Many people know the Three Kings islands as the site of the Elingamite wreck, and for over a hundred years treasure hunters have flocked here in search of gold and silver. But for the scientists of the Three Kings Islands Marine Expedition these islands hold treasures of another kind – a rich diversity of marine life which they have come to observe and record. The fish life is moderately well documented, but there are many kinds of invertebrates and seaweeds found only here, many of which are unnamed and unrecorded, and the goal of the expedition is to add a few vital pieces to our understanding of the complex jigsaw puzzle of life here at New Zealand’s northern-most frontier.
The expedition arrived at the Three Kings Islands, about 55 kilometres northwest of Cape Reinga, at dawn on Wednesday, and by 7.30 am the first dive teams were already in the water. The big high sitting over New Zealand made for perfect sea conditions – calm with little wind – and expedition leader Tom Trnski from Auckland Museum said everyone was keen to make the most of the good conditions and begin collecting. There was an air of excitement on the back deck of the expedition vessel Braveheart before the dive as scientists and photographers donned wetsuits, sorted their dive gear and collecting equipment, and then headed out in the inflatable tenders to the first dive site. An hour or so later there was euphoric chatter as everyone struggled out of wet dive gear, swapping first impressions about the clarity of the water, the abundance of fish life, the richness of the seaweed cover and the overwhelming abundance of bright sponges and small jewel-like organisms covering the rock underneath.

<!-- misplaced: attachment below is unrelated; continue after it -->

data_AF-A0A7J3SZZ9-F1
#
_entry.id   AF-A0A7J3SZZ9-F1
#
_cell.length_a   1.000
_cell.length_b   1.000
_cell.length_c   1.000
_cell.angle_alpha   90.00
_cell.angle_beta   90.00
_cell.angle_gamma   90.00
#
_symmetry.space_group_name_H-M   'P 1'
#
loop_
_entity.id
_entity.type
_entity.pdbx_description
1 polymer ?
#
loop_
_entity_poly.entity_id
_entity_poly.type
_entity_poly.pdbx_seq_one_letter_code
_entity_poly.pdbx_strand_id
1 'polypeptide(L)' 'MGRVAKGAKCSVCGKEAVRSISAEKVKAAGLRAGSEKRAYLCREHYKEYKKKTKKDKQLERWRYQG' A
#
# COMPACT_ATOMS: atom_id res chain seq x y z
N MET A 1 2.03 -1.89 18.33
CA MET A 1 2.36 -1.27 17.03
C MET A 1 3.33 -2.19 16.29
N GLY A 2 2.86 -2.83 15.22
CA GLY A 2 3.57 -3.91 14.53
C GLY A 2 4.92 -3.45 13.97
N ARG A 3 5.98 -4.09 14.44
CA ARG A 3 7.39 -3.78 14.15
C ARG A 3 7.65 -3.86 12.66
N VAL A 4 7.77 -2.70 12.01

The two-week expedition is led by Auckland Museum and brings together 11 marine biologists from NIWA, Te Papa Tongarewa and the University of Queensland. Also along to document the trip are two photographers and Radio New Zealand producer Alison Ballance. The expertise on board includes fish biologists, invertebrate scientists and seaweed experts, and the specimens they collect will help build a comprehensive picture of the coastal marine life on these remote volcanic islands. The biota has many similarities to northern New Zealand, but there are many interesting omissions (no spotties or mussels which are common on the mainland), and as well there is a range of interesting endemics, such as Johnson’s sargassum which is a dominant feature.
By early Wednesday afternoon the team had completed two dives and assembled on the back deck to begin meticulously documenting all the samples. Weather permitting, the same procedure will repeat for the next nine days, and who knows what precious treasures will be found and what secrets revealed.
You can follow the Three Kings Islands Marine Expedition blog here.